What Are Possible Statin Benefits?
Possible statin benefits include lowering a type of cholesterol known as low-density lipoprotein cholesterol. This type of cholesterol is also referred to as "bad" cholesterol. Other statin benefits include raising high-density lipoprotein cholesterol, or "good" cholesterol. High levels of low-density lipoproteins elevate the risk of coronary artery disease and increase the risk of heart attack and stroke.
Other statin benefits include the possible reduction in the incidence of heart attacks and stroke. Studies have shown that taking statin medications can even reduce death related to coronary artery disease. Patients at risk of coronary artery disease usually have a family history of stroke or heart attack, sedentary lifestyles, obesity, and high blood pressure. Smoking is an important, but modifiable, risk factor in the development of coronary artery disease and quitting smoking can dramatically reduce the risk of a heart attack, stroke, and high blood pressure.
Statin benefits may also apply to arthritis, kidney disease, bone fractures, and dementia. Statins possess powerful anti-inflammatory properties that might contribute to the stability of the body's blood vessels and may even help improve immune function. It is becoming more common for the health care provider to inform his patient about statin benefits other than cholesterol-lowering effects.
Although statin medications are generally well tolerated by most people, side effects can occur. These side effects can be so troublesome that the person considers giving up therapy. Side effects of statin drugs include nausea, headaches, constipation, and dizziness. In addition, vivid dreams, diarrhea, and muscle pain can occur. Statin drugs can also damage the liver, and cause an elevation in liver enzymes. Although usually temporary, statin therapy can contribute to permanent liver damage.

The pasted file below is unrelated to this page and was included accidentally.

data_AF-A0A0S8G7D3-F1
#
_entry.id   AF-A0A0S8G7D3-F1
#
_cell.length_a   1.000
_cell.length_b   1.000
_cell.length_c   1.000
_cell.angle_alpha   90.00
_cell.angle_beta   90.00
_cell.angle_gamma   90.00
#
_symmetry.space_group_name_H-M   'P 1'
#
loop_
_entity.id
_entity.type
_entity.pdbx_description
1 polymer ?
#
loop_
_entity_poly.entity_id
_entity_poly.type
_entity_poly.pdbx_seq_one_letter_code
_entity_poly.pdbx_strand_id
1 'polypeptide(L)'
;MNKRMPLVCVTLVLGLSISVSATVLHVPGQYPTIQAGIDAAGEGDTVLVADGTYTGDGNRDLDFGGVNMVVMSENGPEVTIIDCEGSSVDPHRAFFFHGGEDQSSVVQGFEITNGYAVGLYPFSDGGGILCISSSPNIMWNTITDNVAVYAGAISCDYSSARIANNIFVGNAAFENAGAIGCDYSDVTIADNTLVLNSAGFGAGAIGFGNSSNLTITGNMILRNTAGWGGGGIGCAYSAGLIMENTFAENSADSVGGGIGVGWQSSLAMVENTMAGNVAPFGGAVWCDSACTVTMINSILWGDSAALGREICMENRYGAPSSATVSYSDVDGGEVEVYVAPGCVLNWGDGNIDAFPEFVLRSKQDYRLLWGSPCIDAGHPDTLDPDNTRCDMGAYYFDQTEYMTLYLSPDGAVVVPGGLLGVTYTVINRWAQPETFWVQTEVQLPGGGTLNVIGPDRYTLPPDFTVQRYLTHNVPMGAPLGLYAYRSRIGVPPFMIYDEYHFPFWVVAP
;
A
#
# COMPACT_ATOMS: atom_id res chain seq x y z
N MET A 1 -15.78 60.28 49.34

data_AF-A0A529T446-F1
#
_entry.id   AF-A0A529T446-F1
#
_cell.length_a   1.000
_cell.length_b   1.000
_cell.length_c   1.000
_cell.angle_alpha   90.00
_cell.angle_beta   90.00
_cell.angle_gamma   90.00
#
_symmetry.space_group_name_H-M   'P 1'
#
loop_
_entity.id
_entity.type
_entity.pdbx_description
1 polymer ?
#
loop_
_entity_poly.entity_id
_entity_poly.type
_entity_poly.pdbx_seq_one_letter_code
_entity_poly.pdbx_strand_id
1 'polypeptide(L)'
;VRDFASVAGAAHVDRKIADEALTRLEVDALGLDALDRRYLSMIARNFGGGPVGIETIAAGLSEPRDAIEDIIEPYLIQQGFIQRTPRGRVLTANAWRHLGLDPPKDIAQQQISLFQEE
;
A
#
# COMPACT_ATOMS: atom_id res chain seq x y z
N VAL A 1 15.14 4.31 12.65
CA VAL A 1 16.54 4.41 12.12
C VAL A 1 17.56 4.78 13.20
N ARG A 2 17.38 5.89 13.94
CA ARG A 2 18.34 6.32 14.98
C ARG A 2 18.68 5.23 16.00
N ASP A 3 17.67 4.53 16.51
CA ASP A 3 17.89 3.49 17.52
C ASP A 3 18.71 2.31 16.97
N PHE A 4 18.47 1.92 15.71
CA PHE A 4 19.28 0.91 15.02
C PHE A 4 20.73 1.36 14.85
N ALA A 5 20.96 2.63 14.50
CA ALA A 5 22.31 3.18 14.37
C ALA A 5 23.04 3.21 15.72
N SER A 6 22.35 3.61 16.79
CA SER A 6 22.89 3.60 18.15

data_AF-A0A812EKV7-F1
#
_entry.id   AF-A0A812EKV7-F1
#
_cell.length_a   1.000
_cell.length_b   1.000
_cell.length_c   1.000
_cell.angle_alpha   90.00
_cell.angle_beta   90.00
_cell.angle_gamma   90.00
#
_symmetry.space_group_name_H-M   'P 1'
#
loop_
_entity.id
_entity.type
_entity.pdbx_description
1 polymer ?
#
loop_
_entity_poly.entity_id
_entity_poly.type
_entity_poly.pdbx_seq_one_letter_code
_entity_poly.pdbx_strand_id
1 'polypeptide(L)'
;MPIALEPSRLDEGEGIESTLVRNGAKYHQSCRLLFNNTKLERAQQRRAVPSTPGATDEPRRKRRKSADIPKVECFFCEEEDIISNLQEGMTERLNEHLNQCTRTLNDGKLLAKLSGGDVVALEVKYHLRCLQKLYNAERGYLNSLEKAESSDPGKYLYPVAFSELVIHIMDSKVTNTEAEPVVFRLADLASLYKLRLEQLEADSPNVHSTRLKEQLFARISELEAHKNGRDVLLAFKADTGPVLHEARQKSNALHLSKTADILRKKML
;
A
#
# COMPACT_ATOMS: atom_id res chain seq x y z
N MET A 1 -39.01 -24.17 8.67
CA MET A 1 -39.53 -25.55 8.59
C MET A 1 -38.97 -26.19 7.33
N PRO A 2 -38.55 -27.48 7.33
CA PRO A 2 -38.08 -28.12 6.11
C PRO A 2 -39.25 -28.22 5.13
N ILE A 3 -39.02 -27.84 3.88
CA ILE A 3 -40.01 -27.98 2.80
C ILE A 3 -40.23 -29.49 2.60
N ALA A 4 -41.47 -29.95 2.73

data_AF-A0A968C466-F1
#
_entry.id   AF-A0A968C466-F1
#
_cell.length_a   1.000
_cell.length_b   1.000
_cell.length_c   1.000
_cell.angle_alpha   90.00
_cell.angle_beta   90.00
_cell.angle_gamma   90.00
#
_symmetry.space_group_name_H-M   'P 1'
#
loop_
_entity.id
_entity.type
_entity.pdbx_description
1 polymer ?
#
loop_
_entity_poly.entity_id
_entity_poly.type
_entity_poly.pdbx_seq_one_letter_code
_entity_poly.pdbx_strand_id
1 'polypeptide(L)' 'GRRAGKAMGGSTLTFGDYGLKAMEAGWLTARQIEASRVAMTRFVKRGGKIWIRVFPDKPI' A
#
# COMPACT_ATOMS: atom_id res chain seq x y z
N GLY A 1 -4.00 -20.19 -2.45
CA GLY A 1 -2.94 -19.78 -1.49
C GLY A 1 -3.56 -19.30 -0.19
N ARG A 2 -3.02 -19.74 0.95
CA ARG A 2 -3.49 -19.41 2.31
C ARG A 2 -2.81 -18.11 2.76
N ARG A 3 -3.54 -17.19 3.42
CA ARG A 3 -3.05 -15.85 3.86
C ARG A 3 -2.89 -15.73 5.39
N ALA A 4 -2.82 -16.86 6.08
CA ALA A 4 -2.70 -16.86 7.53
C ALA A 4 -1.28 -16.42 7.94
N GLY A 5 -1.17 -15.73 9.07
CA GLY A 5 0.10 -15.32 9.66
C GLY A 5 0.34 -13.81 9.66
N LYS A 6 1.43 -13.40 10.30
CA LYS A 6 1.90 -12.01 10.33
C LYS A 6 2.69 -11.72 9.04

Any one study should not influence a person's decision on whether to take statin medications. Although one particular study may claim to prove statin benefits of a certain type, another study may refute those same benefits. It is important for the individual to discuss statin drugs with his health care provider before beginning treatment. The health care provider can explain the risks and benefits of taking statins and recommend alternative treatments for lowering cholesterol.
Other non-medication methods of lowering total cholesterol levels include managing weight, consuming a low-fat diet, and getting plenty of exercise. In addition, eating more fiber and losing weight may also help reduce total cholesterol levels. Discontinuing statin drug therapy abruptly should not be considered unless discussed with the health care provider first.
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